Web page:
Where any org wants to boom, this is what it has to establish and keep established.

The real stars of the staff team are the auditors and the HCO personnel.

That's the key to any org.

Well worth knowing to FEBCs and also to Missionaires going out to patch orgs up. All they'd have to do is get auditors and get them producing and get an HCO recruited and hatted hatted hatted and doing its job, especially getting more tech people in training and on post. It would be a long range winning combination.



February 25: Mo' money!


In LA and now on Flag someone is justifying reserves and prices charged by saying "Ron needs it" or "it goes to repay Ron".

Now if this were true, great. But it isn't true. I've received no 10%s for ages. An audit of monies owed me by orgs showed about 13 1/2 million pounds some years ago. The SO owes me considerable on funds borrowed from me or funds of mine used. Every effort made to repay me anything always runs into "tax problems" or "exchange problems". So I long since forgave the 13 1/2 million. Other more recent sums aren't included.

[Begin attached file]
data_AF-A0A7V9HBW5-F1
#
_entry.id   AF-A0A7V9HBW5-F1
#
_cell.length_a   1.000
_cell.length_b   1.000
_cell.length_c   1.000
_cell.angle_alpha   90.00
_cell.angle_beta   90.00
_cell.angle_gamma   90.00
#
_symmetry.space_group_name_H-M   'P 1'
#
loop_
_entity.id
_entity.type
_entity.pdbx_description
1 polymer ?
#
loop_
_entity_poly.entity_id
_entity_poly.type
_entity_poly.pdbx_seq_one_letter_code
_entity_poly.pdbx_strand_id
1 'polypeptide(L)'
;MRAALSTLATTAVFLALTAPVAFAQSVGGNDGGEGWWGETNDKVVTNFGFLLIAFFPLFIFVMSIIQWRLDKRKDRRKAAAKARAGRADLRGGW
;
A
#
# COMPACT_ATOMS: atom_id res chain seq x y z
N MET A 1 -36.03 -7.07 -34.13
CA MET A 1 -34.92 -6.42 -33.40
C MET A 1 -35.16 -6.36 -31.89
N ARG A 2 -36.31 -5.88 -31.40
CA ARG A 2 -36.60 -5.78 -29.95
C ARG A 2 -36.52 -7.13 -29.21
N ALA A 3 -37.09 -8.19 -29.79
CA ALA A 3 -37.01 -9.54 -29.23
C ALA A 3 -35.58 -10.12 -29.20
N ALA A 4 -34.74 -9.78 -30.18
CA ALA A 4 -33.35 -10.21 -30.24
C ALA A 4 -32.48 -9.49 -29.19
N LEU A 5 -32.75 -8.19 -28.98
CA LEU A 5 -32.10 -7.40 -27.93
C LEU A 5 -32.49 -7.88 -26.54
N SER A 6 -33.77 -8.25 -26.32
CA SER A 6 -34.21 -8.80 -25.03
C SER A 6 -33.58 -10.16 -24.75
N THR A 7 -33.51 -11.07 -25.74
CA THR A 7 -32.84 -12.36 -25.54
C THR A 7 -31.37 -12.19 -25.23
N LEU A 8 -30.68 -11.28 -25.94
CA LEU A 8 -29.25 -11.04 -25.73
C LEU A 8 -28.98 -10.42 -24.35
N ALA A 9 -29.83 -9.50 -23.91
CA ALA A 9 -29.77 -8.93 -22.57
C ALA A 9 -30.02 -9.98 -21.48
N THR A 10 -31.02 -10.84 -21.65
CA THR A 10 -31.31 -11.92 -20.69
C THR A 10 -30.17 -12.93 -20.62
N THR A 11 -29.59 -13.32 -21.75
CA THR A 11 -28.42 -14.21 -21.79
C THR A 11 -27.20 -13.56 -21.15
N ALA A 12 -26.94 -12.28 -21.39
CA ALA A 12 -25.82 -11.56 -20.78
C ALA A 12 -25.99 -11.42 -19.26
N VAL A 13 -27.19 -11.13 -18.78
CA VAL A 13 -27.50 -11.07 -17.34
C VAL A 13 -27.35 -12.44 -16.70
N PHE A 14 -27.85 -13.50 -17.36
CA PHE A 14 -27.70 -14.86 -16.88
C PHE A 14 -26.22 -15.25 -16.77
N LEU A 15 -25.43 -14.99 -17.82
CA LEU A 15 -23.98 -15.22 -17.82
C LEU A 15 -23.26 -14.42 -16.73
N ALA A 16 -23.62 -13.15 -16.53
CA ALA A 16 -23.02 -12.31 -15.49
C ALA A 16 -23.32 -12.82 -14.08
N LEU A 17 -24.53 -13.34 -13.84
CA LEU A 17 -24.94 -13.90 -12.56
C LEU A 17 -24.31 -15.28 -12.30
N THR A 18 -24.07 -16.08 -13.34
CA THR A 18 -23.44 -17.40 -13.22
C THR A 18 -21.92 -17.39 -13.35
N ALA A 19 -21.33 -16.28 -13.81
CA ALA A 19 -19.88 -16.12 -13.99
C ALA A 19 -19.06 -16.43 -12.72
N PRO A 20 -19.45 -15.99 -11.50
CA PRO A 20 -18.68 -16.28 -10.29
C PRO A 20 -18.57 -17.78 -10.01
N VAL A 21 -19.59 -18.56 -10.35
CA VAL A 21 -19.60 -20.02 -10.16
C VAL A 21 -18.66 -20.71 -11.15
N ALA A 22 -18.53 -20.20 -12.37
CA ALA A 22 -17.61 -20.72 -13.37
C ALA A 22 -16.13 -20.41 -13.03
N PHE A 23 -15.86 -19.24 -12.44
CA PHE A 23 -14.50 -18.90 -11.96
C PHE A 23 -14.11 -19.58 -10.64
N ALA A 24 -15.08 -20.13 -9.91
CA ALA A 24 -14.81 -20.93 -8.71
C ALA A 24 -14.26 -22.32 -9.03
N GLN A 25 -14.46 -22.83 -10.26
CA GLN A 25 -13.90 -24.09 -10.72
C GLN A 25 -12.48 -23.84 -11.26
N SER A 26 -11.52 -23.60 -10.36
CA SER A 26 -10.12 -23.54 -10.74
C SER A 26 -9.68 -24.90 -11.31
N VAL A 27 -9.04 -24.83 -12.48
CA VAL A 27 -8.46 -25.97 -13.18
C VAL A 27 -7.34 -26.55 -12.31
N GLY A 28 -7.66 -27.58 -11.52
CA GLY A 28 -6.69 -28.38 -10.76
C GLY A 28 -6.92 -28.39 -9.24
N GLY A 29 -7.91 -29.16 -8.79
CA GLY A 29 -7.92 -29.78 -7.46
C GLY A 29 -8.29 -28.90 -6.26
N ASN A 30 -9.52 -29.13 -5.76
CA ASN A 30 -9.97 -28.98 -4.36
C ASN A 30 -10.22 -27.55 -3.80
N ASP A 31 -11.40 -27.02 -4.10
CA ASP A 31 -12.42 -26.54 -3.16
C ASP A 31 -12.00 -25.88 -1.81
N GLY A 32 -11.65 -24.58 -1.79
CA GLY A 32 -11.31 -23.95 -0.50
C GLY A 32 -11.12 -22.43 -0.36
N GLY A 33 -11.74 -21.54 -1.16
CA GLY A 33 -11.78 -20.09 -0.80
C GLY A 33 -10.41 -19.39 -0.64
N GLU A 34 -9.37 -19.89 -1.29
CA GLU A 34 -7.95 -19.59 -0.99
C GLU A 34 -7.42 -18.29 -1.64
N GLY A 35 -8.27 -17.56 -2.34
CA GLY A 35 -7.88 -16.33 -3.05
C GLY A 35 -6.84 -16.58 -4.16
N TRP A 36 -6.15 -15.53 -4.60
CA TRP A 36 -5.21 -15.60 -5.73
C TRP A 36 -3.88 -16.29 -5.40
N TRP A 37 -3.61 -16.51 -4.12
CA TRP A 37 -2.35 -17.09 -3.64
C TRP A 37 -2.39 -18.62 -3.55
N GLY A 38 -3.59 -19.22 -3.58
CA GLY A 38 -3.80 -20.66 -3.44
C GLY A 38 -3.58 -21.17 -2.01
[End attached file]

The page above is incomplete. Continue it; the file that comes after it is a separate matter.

It takes money to run things and keep the show on the road. A lot of money. Particularly in our expanding scene. It's all for a worthwhile cause.

But don't tell FEBCs or anyone else that money goes to me. It is a false report, made probably to excuse higher prices or overcome payment resistance.

The prices charged are for a priceless commodity -- personal ability, health and immortality. Group well being. A salvaged planet. Just 21 years ago a 100 billion bucks could not have bought an hour more of life. A few hundred or a few thousand now buys longer body life and personal immortality. So whoever thinks he needs one additional persuasion to pay to keep us going must have poor case reality, a minority amongst us.

A false report surely isn't needed.

I myself paid for the research. That would have been the costly bit. The wealthy Lockheed just went broke paying for research that was kid stuff.